During the days of sailing navies, the line formed by ships of the line before joining battle with an enemy fleet. The methods used to do this were rigidly enforced in the British Navy, and by other navies, by the fighting instructions, and in the British Navy these remained inflexible until the introduction of the general chase signal in the mid-18th century. Since most conventional sailing warships could only bring their maximum weight of gunfire to bear when they fired on the beam or quarter, the usual line of battle was either line ahead—that is, each ship following in the wake of the one ahead of it—or quarter-line. Wind direction, the position of the sun, visibility, and so on, were always factors which influenced a fleet commander in his choice of where and how he formed his line of battle. See also warfare at sea.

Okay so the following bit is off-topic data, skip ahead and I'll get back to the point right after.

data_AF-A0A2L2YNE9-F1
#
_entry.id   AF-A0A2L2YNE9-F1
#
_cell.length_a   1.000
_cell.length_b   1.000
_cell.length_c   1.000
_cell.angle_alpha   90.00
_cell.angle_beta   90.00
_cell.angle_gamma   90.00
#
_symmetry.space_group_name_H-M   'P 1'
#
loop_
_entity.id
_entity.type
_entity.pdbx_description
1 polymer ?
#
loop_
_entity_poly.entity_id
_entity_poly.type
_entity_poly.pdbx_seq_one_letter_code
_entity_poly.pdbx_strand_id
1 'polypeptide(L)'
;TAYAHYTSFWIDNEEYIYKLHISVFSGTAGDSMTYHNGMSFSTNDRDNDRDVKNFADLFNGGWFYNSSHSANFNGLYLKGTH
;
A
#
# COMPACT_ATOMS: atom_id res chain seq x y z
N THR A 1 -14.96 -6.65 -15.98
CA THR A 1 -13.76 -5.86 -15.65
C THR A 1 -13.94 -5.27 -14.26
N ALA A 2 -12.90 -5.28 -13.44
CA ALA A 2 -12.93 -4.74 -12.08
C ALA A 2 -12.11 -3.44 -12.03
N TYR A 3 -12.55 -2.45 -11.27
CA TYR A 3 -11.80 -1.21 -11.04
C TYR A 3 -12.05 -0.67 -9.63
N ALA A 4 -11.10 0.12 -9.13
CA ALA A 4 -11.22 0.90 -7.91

Subjects: Maritime History.